Kratom crackdown for youth possible in Oregon


(AP Photo/Mary Esch)SYR

The controversial drug kratom could get its first dose of regulation in Oregon if a bill in the Legislature’s short session passes, including making it a crime to sell to underage users.

Kratom is a plant containing psychoactive chemicals that grows naturally in Southeast Asian countries like Thailand and Indonesia. At low doses, it energizes people, according to the U.S. Centers for Disease Control and Prevention. At higher doses, it numbs pain.

The federal government in 2016 moved to ban kratom, then backed off in the face of vocal opposition. Some people use kratom to help with addiction to opioids, like pain pills or heroin.

In its current form, House Bill 4013 would make selling kratom products to people under 21 a misdemeanor with penalties of up to 30 days in jail and a maximum fine of $1,250. The bill also could set the stage for much broader regulation, commanding multiple state agencies to work with the kratom industry to make a plan for regulating kratom.

Corner stores, herb shops and gas stations can and do sell products derived from the plant. Kratom usually comes in powder form, either in capsules that users swallow or in a powder that people mix with water or juice and drink.

The federal government in September warned people against using kratom because of a risk of addiction, abuse and dependence. The U.S. Food and Drug Administration has also expressed concerns about people using kratom to get off painkillers and street drugs without the research to back up whether that works.

“The FDA stands ready to evaluate evidence that could demonstrate a medicinal purpose for kratom,” FDA head Scott Gottlieb said in February 2018. But, he continued, the agency knew of no evidence that would meet its standard for approval.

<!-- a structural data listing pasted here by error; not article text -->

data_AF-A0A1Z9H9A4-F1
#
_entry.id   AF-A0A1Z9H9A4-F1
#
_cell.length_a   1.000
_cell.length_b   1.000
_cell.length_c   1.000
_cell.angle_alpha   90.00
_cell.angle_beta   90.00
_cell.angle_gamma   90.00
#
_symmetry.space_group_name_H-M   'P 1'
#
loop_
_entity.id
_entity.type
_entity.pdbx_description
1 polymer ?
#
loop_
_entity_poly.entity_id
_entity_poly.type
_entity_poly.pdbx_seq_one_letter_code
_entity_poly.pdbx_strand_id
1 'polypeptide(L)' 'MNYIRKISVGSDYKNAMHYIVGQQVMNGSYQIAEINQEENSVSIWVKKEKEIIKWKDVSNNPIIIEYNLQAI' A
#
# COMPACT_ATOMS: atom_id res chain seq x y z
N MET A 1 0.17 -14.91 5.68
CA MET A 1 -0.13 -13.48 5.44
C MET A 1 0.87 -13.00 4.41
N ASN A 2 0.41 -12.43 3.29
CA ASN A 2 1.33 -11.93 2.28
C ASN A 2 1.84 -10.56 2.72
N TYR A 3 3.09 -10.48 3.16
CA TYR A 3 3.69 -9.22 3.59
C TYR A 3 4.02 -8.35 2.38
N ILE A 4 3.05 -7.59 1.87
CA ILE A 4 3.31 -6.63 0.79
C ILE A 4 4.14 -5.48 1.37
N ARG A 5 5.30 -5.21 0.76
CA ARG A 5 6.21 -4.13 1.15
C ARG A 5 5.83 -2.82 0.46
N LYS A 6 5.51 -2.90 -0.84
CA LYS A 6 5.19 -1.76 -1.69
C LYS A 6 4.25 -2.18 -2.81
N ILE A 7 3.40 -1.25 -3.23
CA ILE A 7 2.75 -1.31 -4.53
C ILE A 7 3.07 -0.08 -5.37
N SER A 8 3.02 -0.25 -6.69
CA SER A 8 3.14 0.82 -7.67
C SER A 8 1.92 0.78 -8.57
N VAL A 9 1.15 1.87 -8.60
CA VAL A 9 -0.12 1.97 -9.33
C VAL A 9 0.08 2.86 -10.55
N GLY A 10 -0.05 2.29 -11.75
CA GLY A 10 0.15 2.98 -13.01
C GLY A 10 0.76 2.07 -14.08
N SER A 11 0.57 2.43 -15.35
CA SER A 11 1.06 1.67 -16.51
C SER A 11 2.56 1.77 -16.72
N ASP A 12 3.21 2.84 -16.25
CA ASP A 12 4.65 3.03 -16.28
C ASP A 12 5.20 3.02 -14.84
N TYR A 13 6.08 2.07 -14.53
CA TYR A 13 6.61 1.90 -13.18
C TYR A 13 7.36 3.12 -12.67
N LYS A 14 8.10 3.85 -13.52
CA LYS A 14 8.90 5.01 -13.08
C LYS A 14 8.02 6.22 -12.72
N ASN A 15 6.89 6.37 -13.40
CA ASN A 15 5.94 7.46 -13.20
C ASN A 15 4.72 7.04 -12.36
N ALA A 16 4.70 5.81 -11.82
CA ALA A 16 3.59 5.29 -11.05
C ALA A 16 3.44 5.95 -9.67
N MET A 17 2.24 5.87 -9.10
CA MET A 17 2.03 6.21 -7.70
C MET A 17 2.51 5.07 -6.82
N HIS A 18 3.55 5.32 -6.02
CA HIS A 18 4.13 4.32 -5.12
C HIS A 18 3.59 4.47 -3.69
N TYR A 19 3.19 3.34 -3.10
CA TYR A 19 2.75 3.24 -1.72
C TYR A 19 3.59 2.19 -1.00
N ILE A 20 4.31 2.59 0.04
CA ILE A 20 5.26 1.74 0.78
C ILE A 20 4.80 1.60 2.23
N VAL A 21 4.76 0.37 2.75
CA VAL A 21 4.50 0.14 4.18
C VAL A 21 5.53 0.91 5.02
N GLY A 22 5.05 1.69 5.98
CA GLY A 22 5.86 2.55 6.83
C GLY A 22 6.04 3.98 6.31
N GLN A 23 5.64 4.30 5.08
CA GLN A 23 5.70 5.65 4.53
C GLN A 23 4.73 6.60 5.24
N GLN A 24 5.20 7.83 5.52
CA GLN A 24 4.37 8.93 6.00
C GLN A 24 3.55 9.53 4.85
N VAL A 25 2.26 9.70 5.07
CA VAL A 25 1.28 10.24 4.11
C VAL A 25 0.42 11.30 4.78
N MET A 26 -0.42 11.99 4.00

The original Oregon bill would have required the state to create a regulatory system, not just figure out how to make one.

The bill, filed by Rep. Bill Post of Keizer, a Republican, is part of the American Kratom Association’s push to get states to regulate the drug. The group’s fear is that without any oversight, unscrupulous producers will sell adulterated products that make people sick.

In a CDC analysis of 27,338 overdose deaths from mid-2016 to December 2017, the agency found that kratom was at least one of the causes of death in 152 cases. All but seven of the people had other substances in their bodies, such as fentanyl, according to the analysis.

Lora Romney, a lobbyist for the association, told Oregon lawmakers about her personal journey taking opioids for her chronic pain then switching entirely to kratom, which she said eliminates the pain without making her feel high.

“We’re going to keep this plant safe for patients who need it, but we want to make sure it’s clean, pure kratom,” she said. “Because if it’s clean and there’s no additives added to it, it’s safe.”

The bill is scheduled for a vote in the House on Tuesday, Feb. 18.

— Fedor Zarkhin